Friday, 7 November 2014

France's nationwide truck toll on hold indefinitely

Back in July, I noted that the long awaited Ecotax, heavy vehicle road charging system for France, was on hold, because of politics.

A new plan was developed to only toll 4000km of roads, not the 15000km originally envisaged, with the emphasis being on only charging motorways and major highways with parallel tolled motorways, and also on handing a political gift to Brittany, where opposition to the toll was greatest.

The problem in Brittany was that the French Government's efforts to convince people, or more specifically, truck owners and operators, that paying by distance is fair, didn't wash with those in far off parts of France.  They figured the toll was "unfair" because they "had" to use longer stretches of road.  Quite why others should pay for them to have roads they use because of where they choose to locate themselves wasn't clear, but then France has multiple layers of accretive subsidies, and anyone who dares challenge this simply meets protest.

In July, it was envisaged that the toll system would start operation on 1 February 2015, but not any more.  

According to The Local,  the toll has been shelved, indefinitely.  It appears that the deep unpopularity of the Socialist Francois Hollande government has put pressure on this project, which ironically had been approved under the Sarkozy government. 

Ecology Minister (and former leader of the Socialist Party) Ségoléne Royal announced the government would not be introducing the tax.  The rightwing opposition said it showed that there was "no government" because of constant "zigzagging".  The EELV (green) party said the decision was "disastrous" showed "lack of courage", claiming it would cost the government 450 million in lost net revenues per year (it is closer to 550 million).  

Reasons given for the suspension were:

- Difficulties of implementation (which is simple nonsense, as it was never an issue technically, rather politically);
- Concerns about costing jobs in the haulage industry.

The government instead decided to tax more heavily the multiple companies that own France's privatised toll motorway system, although it is not clear how this also wont cost jobs in the haulage industry, or it simply will mean more traffic on the untolled government owned roads as tolls increase.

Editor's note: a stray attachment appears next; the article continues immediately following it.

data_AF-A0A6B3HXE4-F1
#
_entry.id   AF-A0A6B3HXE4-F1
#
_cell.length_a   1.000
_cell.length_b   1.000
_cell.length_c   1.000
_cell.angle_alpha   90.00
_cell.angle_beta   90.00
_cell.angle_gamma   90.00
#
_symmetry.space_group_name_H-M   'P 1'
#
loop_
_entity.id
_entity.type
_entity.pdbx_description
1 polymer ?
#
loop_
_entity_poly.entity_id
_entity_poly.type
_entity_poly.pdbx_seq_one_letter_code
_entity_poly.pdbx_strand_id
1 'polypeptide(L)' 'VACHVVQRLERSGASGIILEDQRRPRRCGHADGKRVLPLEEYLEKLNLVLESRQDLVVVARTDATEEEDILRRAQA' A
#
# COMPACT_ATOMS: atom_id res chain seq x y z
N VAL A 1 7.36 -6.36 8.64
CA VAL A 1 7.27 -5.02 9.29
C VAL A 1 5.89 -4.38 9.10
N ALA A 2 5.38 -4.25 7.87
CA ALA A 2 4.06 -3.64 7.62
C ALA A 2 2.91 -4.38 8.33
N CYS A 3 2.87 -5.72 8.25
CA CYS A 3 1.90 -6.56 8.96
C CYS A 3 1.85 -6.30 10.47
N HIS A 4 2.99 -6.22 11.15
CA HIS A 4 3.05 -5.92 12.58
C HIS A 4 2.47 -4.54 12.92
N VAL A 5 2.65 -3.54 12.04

The consortium contracted to implement the system will now seek many millions of Euros in compensation for the termination of contract.

What could have been done?

I'm tempted to think that rather than scrap the scheme, efforts could have been made to reduce other taxes on the haulage sector in exchange for the Ecotax.  Reducing taxes on licensing/registration of liable vehicles would have helped, and be more efficient transferring such costs from the ownership of a vehicle to usage.  However, a more complex option would have been to offer a refund mechanism that included refunding part of the diesel tax.  This would have had to be done to generate some revenue to make it worthwhile, but at least by cutting other taxes there would be a chance to gain some consent for the project.

Unfortunately, it looked like a chance to just increase taxes on one sector, without little publicity about the roads that would get fixed by the project.  Quite simply, there needed to a proposition to road users to support it (bear in mind it was only for trucks), making it just a new charge with little in return is not going to be popular.

It's a shame, because France does have a problem of heavy use of untolled motorways, but the right solution needs to be about striking a deal with those paying, that the money generated goes into the networks being tolled and that another tax is cut in return.

Unfortunately, that isn't going to happen.

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